The Dispossessed and the Distressed: Conflicts in Land-Related Rights in Transitions from Unlawful Territorial Regimes
CONFLICTS BETWEEN FUNDAMENTAL RIGHTS, Eva Brems, ed., Intersentia: Antwerpen, 2008
42 Pages Posted: 17 Oct 2007 Last revised: 15 Apr 2015
The article concerns the mechanisms adopted for balancing conflicting rights related to privately-owned real property in a discrete category of situations, namely transition from unlawful territorial regimes. It is based on practice in various historical and contemporary cases of transition from unlawful regimes. These transitions were characterized by the need to balance two conflicting principles, namely ex injuria ius non oritur and ex factis ius oritur. They place in direct conflict persons who have been dispossessed of their property by the unlawful regime, and those who have been purportedly given rights in the same property by that regime.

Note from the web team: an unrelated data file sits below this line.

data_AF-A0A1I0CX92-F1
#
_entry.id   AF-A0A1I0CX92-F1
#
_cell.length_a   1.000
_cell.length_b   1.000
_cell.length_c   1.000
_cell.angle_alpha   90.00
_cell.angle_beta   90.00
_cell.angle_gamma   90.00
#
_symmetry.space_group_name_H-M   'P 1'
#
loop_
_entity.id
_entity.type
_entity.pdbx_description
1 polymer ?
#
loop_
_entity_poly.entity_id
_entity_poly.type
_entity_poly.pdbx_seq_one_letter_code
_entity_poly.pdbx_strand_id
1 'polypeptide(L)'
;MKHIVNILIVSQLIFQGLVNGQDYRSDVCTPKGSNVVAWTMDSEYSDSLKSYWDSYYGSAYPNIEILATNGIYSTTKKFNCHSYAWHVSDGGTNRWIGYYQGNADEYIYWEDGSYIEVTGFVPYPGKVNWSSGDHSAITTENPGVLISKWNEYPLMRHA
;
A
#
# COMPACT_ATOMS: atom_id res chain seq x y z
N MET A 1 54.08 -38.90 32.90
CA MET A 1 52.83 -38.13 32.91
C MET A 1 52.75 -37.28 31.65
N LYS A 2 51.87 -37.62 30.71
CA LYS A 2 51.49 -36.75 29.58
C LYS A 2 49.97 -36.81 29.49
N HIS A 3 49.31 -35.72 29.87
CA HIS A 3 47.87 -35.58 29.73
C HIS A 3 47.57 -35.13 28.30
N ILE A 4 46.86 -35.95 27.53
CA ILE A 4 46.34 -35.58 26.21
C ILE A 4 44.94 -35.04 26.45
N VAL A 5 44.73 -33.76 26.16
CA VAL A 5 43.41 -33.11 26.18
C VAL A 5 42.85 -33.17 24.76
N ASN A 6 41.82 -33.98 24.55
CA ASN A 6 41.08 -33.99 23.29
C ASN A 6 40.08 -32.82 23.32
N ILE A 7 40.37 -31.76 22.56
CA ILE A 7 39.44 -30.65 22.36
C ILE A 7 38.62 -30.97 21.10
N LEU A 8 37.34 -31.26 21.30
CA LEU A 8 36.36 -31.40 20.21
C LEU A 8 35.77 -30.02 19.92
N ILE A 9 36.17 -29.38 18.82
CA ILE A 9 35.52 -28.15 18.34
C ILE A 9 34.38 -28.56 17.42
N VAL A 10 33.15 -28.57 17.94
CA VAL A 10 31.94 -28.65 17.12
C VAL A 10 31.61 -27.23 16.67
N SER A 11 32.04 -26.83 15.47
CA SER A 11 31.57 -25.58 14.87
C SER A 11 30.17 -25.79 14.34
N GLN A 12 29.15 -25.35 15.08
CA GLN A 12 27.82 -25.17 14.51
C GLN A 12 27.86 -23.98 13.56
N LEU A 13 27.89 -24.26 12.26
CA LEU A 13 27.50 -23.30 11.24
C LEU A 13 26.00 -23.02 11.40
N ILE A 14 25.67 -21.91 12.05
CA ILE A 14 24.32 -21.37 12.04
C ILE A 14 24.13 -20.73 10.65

A preliminary issue is the significance that should be attached to the unlawfulness of the purported grant of rights. Another question is whether to grant unqualified priority to one right over the other or to attempt a balance between them, and, in the latter case, whether to take account of the intrinsic characteristics of the rights or of extrinsic factors. An analysis of specific mechanisms adopted by various post-transition regimes reveals that despite the great political differences among them, they share many common features. This phenomenon suggests that there are some principled guidelines in the balancing of the fundamental rights, rather than only ad hoc decisions. The absence of complete uniformity nonetheless highlights the challenges and difficulties involved in the process.
Keywords: dispossession, restitution, land, original owners, current occupants, human rights, Baltic States, TRNC, East Timor, territorial regime, ex injuria
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